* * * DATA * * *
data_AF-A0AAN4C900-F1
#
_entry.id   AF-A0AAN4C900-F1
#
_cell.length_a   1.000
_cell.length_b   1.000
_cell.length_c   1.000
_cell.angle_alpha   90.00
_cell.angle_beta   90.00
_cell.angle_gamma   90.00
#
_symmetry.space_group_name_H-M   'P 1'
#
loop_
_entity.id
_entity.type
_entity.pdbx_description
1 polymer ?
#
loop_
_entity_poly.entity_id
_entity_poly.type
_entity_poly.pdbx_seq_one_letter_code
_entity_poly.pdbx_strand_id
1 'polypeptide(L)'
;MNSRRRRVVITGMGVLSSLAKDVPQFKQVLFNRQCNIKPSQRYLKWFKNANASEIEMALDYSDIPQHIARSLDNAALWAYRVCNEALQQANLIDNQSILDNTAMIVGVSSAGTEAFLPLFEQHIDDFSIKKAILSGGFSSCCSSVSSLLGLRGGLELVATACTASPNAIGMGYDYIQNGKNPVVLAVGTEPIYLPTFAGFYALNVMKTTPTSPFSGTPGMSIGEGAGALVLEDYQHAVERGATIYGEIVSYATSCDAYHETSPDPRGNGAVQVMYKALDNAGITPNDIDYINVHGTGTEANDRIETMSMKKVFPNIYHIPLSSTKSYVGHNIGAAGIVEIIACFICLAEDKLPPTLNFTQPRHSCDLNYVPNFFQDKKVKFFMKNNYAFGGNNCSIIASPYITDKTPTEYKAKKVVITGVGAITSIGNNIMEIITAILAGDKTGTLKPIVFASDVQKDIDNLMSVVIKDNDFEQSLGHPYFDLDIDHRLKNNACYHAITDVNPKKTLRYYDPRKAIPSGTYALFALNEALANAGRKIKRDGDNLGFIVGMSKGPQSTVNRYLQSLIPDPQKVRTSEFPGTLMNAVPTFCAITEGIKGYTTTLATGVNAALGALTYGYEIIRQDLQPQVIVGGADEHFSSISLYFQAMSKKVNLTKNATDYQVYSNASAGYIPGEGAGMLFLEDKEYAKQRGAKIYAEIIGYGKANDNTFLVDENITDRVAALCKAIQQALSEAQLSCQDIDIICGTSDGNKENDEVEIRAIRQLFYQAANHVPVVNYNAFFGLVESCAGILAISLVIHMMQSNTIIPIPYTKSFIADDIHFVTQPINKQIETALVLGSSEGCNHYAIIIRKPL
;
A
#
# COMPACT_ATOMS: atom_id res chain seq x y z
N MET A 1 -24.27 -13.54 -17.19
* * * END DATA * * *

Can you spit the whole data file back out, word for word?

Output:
data_AF-A0AAN4C900-F1
#
_entry.id   AF-A0AAN4C900-F1
#
_cell.length_a   1.000
_cell.length_b   1.000
_cell.length_c   1.000
_cell.angle_alpha   90.00
_cell.angle_beta   90.00
_cell.angle_gamma   90.00
#
_symmetry.space_group_name_H-M   'P 1'
#
loop_
_entity.id
_entity.type
_entity.pdbx_description
1 polymer ?
#
loop_
_entity_poly.entity_id
_entity_poly.type
_entity_poly.pdbx_seq_one_letter_code
_entity_poly.pdbx_strand_id
1 'polypeptide(L)'
;MNSRRRRVVITGMGVLSSLAKDVPQFKQVLFNRQCNIKPSQRYLKWFKNANASEIEMALDYSDIPQHIARSLDNAALWAYRVCNEALQQANLIDNQSILDNTAMIVGVSSAGTEAFLPLFEQHIDDFSIKKAILSGGFSSCCSSVSSLLGLRGGLELVATACTASPNAIGMGYDYIQNGKNPVVLAVGTEPIYLPTFAGFYALNVMKTTPTSPFSGTPGMSIGEGAGALVLEDYQHAVERGATIYGEIVSYATSCDAYHETSPDPRGNGAVQVMYKALDNAGITPNDIDYINVHGTGTEANDRIETMSMKKVFPNIYHIPLSSTKSYVGHNIGAAGIVEIIACFICLAEDKLPPTLNFTQPRHSCDLNYVPNFFQDKKVKFFMKNNYAFGGNNCSIIASPYITDKTPTEYKAKKVVITGVGAITSIGNNIMEIITAILAGDKTGTLKPIVFASDVQKDIDNLMSVVIKDNDFEQSLGHPYFDLDIDHRLKNNACYHAITDVNPKKTLRYYDPRKAIPSGTYALFALNEALANAGRKIKRDGDNLGFIVGMSKGPQSTVNRYLQSLIPDPQKVRTSEFPGTLMNAVPTFCAITEGIKGYTTTLATGVNAALGALTYGYEIIRQDLQPQVIVGGADEHFSSISLYFQAMSKKVNLTKNATDYQVYSNASAGYIPGEGAGMLFLEDKEYAKQRGAKIYAEIIGYGKANDNTFLVDENITDRVAALCKAIQQALSEAQLSCQDIDIICGTSDGNKENDEVEIRAIRQLFYQAANHVPVVNYNAFFGLVESCAGILAISLVIHMMQSNTIIPIPYTKSFIADDIHFVTQPINKQIETALVLGSSEGCNHYAIIIRKPL
;
A
#
# COMPACT_ATOMS: atom_id res chain seq x y z
N MET A 1 -24.27 -13.54 -17.19